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Silverstone is the home of the British Grand Prix, one of the signature circuits of Formula One where greats like Michael Schumacher and Lewis Hamilton have raced to victory. It was also a laboratory for University of Sussex’s MEng Electrical and Electronic Engineering student Sarah Solomon.

Every year, Sussex engineering students from several different programmes join Formula Student, Europe’s most established educational motor sport competition. Over 100 university teams design and build the fastest, most efficient and most enduring single seat race car. Industry experts serve as judges in the race viewed by over 10,000 spectators and students from over 30 countries. For Sarah, this was an opportunity to work with industry bigwigs — such as university partners Ansys, EPLAN, RS Components and Allied Electronics — and mingle with the top students in this field. She walked away with more than just a once-in-a-lifetime experience. Multinational firm Thales offered her a placement as an electronics engineer.

Solomon’s story reflects the archetypal Sussex engineering education: contemporary, hands-on, research-driven, detail-oriented and ambitious. The university has one of the few general engineering departments in the UK, with degrees in electrical and electronic engineering, automotive and mechanical engineering, robotics engineering and product design. Programmes offered include: Electrical and Electronic Engineering (BEng and MEng), Electrical and Electronic Engineering with Robotics, (BEng and MEng), Mechanical Engineering with Robotics (BEng and MEng), MSc 5G Mobile Communications and Intelligent Embedded Systems, MSc Advanced Electronic and Electrical Engineering, and MSc Robotics and Autonomous Systems. They are accredited by various professional bodies and take place in continuously modernised electrical, electronics and robotics laboratories — in 2021, it is adding over 100 square metres of teaching laboratory space dedicated to these disciplines.

All of this is put to life-saving endeavours at Sussex, one research project at a time. Lecturer in Opto-electronics and Bio-engineering Drs Elizabeth Rendon Morales Senior Lecturer in Electronics and Rodrigo Aviles-Espinosa Lecturer in Optoelectronics together with their team have pioneered a stress-free way to listen to an unborn baby’s heartbeat, taking a 1970s silver chloride technology into the future. Using a non-invasive portable monitor, pregnant mothers could monitor their unborn child’s heartbeat at home in the future. It’s designed to detect heart-related congenital disorders too. “The electrode that you use traditionally, you could only use them for a certain period because those gel will dry out,” explains Aviles-Espinosa. “The technology that we have developed is just pure contact technology where you just need to put the sensor in close proximity with the maternal abdomen without any skin preparation and without any skin fluid.”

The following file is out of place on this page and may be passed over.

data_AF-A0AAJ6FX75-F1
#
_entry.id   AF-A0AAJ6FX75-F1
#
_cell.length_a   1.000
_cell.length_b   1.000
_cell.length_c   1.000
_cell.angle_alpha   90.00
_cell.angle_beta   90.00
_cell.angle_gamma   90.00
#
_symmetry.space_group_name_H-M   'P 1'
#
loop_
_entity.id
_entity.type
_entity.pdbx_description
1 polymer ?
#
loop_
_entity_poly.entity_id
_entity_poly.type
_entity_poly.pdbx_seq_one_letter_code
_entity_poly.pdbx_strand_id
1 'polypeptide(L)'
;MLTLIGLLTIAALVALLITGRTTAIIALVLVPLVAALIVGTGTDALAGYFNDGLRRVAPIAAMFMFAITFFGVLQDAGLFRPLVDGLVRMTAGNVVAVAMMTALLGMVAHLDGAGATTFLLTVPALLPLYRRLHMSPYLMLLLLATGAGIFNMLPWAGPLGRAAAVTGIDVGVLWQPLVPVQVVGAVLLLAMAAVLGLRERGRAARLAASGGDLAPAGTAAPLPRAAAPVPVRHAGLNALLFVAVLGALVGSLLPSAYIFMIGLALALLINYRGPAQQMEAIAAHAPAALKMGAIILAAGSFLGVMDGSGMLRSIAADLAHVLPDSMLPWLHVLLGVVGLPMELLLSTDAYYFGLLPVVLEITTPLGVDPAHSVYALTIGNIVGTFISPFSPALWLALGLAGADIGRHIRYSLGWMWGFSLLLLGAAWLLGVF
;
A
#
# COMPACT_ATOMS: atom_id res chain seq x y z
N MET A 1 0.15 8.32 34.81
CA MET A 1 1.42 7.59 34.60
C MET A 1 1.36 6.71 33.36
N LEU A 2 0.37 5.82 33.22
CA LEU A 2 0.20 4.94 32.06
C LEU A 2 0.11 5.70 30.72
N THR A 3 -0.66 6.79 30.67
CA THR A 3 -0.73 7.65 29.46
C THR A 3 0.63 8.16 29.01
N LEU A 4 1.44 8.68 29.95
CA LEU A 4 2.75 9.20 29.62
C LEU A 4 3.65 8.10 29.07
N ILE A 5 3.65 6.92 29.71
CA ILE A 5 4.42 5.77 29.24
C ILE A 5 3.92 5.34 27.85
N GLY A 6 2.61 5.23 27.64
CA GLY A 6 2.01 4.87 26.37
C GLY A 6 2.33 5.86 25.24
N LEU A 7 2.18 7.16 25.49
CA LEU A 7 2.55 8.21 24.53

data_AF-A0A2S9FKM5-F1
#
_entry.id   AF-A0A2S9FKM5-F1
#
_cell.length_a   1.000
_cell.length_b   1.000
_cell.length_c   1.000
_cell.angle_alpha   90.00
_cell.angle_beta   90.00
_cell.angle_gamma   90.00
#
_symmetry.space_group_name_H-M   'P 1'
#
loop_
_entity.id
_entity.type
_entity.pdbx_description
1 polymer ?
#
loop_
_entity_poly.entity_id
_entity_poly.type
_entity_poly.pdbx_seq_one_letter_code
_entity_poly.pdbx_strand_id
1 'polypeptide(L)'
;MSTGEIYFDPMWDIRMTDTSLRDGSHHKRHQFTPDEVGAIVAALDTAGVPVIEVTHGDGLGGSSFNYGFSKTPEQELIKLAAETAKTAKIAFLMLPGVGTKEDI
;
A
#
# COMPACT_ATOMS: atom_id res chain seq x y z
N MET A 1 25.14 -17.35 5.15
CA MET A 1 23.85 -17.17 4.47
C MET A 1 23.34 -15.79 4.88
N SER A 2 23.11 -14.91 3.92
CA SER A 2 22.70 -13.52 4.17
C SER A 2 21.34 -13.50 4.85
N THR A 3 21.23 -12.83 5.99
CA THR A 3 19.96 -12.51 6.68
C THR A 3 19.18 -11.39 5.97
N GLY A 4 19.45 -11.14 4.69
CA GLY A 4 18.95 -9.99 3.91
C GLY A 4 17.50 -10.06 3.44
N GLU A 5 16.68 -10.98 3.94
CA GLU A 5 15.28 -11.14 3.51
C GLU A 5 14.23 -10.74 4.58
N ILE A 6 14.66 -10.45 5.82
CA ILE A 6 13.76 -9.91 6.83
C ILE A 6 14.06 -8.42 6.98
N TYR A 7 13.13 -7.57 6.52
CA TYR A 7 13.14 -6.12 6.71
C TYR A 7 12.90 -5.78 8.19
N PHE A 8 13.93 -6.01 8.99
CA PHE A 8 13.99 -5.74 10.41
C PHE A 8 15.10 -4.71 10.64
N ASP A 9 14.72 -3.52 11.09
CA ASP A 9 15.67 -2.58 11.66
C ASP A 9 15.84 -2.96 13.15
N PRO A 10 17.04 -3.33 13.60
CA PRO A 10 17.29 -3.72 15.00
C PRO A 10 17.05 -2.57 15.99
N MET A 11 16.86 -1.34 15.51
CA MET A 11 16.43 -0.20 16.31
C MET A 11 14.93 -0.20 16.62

The next step is to miniaturise the technology for use on a smartphone. “This information will be sent wirelessly to a hospital so the doctor can make decisions about the baby,” Dr. Elizabeth Rendon-Morales. “If there is a situation where the baby needs to be delivered because the heart rate drops, the doctors can trigger an alarm and call the mother to go to the hospital.”

Their colleague, sensor technology researcher Prof. Daniel Roggen, is harnessing the strong potential of wearable technologies to prevent diseases. By providing “just-in-time cueing,” they will be able to help us better manage our health and make healthier choices by reminding us to take a pill or see a doctor. People with specific conditions such as dementia, or Parkinson’s stand to benefit, in particular. “My research builds on the advances in microelectronics, which is what allows wearables to be each year smaller and smarter,” Roggen explains. “Without microelectronics, I wouldn’t be able to be active in the field of wearable technologies.”

These projects, and many others have the potential to change the way we live, work and play — but the most important impact, educators say, is how it inspires and moulds today’s engineering students to become tomorrow’s engineering leaders. The Department of Engineering and Design is ranked 151-175 in the world in the latest Times Higher Education ranking for 2021, coming in at 32nd globally for citations. This placed it at joint 17th position in the UK and second for citations. It is also ranked 17th in the world and third in the UK for international outlook. Osama Ashraf, a BEng Electrical and Electronic Engineering student from Pakistan, was drawn to Sussex for these rankings, but it’s Sussex’s tutors who have convinced him this is the right place to continue with his master’s degree. “Our tutors were really helpful and whenever we had a problem, they were always there to answer all questions.”

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